The Bloomington-Normal based rock/pop/folk quartet She Said So is intentionally all-female.
“As most women would say, when you’re in a sisterhood, you can be real vulnerable with each other," said percussionist Mona Beasley. “We extend ourselves to each other whether we’re having good times, bad times, or something in between.”
The outfit including guitarist Karen Donovan, bassist Mary Cluskey, and vocalist Kate Browne stopped by the GLT studios with acoustic instruments in hand ahead of their Thursday appearance at Bloomington’s Nightshop.
Members said they feel comfortable extending themselves even during practice and rehearsals, and find it’s even helpful when writing original music.
“We have all had similar journeys, perhaps so that’s kind of part of the story,” said Beasley before they broke into the original song “Don’t Take Me There.” It’s a Donovan-penned tune she explained comes from situations where “people are rattling on and talking about things, and sometimes you just don’t want to go there.”
She said this and he said that
All I hear is yakity yak
He did this, they did that
If I were you I’d watch my back
Say what you hear, hear what you say
Please don’t tell me it happened that way
Don’t take me there
- "Don't Take Me There" by She Said So
This isn’t the first all-female go-round for Donovan, Clusky and Beasley, as they played Bloomington-Normal in the late 90s and early 2000s as Big Sister. The three reunited musically when Beasley and Donovan retired in 2016, then brought vocalist Browne on board to complete the quartet. Though younger than her three bandmates, Browne has many of their musical touchpoints.
“I grew up listening to what was then the oldies station,” said Browne. “My dad would quiz me in the car about who wrote the song, who performed it and what was the name of the song. So I was listening to 60s and 70s pop, folk … sunshine folk-rock is probably my favorite.”
She also said she is particularly drawn to unconventional female vocalists.
“I think that pop-harmony sound is where I started. As I learn more about women in music who are taking a lead role, like Brandi Carlile at the Grammys this year … Brittany Howard of the Alabama Shakes … Neko Case … some of my favorite contemporary vocalists and bringing those back to songs that were not originally performed by women, like 'Wild Nights,' but could be. And maybe the style lends itself to that,” said Browne as the four broke into a rollicking version of the Van Morrison classic.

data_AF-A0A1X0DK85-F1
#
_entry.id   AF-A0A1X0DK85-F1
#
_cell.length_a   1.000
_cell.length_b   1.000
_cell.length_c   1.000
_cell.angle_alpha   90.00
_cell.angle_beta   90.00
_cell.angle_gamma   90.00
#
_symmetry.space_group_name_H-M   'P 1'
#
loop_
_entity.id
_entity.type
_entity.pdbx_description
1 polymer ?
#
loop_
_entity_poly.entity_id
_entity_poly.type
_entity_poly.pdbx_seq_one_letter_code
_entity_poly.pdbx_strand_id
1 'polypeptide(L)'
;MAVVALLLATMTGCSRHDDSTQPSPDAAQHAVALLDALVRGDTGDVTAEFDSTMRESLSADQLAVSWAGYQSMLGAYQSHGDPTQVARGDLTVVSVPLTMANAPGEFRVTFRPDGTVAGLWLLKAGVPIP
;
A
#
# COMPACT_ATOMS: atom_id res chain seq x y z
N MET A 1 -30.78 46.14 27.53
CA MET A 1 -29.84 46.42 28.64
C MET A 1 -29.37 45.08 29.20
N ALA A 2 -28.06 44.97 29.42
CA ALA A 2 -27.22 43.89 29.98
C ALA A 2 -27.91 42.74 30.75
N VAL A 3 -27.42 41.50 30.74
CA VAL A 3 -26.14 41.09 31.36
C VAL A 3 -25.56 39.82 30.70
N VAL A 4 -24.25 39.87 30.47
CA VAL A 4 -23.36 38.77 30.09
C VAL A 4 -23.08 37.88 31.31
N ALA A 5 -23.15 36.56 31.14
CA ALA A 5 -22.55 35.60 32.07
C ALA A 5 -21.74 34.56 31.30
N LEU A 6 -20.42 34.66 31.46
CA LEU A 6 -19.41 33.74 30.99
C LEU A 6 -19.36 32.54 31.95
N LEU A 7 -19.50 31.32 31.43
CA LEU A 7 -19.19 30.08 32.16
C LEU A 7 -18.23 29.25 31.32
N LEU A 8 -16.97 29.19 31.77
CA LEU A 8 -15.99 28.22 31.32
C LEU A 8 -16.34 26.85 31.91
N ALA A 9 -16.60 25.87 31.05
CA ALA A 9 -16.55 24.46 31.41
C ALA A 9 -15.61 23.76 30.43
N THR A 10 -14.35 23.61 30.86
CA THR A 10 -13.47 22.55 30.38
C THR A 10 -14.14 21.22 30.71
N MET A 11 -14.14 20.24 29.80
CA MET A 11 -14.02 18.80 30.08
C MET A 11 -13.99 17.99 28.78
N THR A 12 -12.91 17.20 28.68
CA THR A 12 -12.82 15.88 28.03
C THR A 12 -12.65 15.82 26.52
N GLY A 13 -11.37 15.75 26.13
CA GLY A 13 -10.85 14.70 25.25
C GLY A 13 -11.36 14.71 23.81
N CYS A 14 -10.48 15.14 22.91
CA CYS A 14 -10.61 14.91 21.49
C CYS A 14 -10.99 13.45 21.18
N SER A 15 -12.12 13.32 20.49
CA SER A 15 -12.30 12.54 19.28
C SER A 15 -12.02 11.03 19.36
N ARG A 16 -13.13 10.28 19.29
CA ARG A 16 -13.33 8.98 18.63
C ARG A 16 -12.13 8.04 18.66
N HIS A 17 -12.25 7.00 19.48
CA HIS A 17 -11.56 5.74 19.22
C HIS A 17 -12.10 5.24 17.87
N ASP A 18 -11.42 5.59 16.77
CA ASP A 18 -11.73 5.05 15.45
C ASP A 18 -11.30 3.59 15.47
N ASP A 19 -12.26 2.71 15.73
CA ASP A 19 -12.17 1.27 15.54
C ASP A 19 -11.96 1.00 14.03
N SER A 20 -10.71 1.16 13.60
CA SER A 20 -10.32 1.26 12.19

All-female bands, or even bands with equal gender members, is still very rare. The Dixie Chicks come to mind, but even in their native country music, female voices went missing recently on Billboard Magazine’s Top 20 chart.
That the gender ratio is still tipped in men’s favor is no surprise to Browne.
“It’s the same reasons as it’s always been. You have to always have a young, pretty woman up front or records aren’t going to sell. And there’s a lot of pressure from wonderful pop vocalists like Adele, Kelly Clarkson, and Lady Gaga … just powerful, emotional vocalists who have been told to change their bodies in order to fit into those pop ideas. And men don’t seem to be under those same constraints. They’re not expected to be showpieces out there,” said Browne.
Mary Cluskey added the She Said So sisterhood is one aspect of the close relationship among the four, but she said meeting through mutual friends also helps in keeping the drama to a bare minimum.
“Like Mona said, we support each other every practice and often have dinner together,” said Cluskey.
She said that support extends to how they add songs to their set-list.
“What about this one, what about that … ‘Hey Kate, this might be great for your voice, Karen this might be good for you.’ So we’re friends and that’s the bottom line,” said Clusky of how telepathy and empathy plays out in their dynamic.
“And we try to make the songs ours. A lot of that is driven by the fact we’re not playing with a full drum kit and very loud electric guitars,” said Beasley, who carries around an instrument much easier to carry around than a drum kit.
“It’s called a shuitar,” said Beasley of the instrument she first noticed when the Wood Brothers played the Castle Theatre in 2018.
“It’s a guitar made into a drum. You have your lower in the bottom,” she said while patting the bottom of the shuitar.
“And then there’s the top part that can be more of a snare. Now I have a tambourine cymbals attached to the top. It does have some strings on it, but I use those for other kinds of different (percussive) sounds. But I attached a “korg clip hit device” that can basically electrify if you will, and put different connections to the bass. In one function it sounds like a high-hat, but it can actually turn this thing into a whole new sounding instrument,” said Beasley.
She Said So plays Nightshop in downtown Bloomington on Thursday night. They'll play from 5 to 7 p.m.
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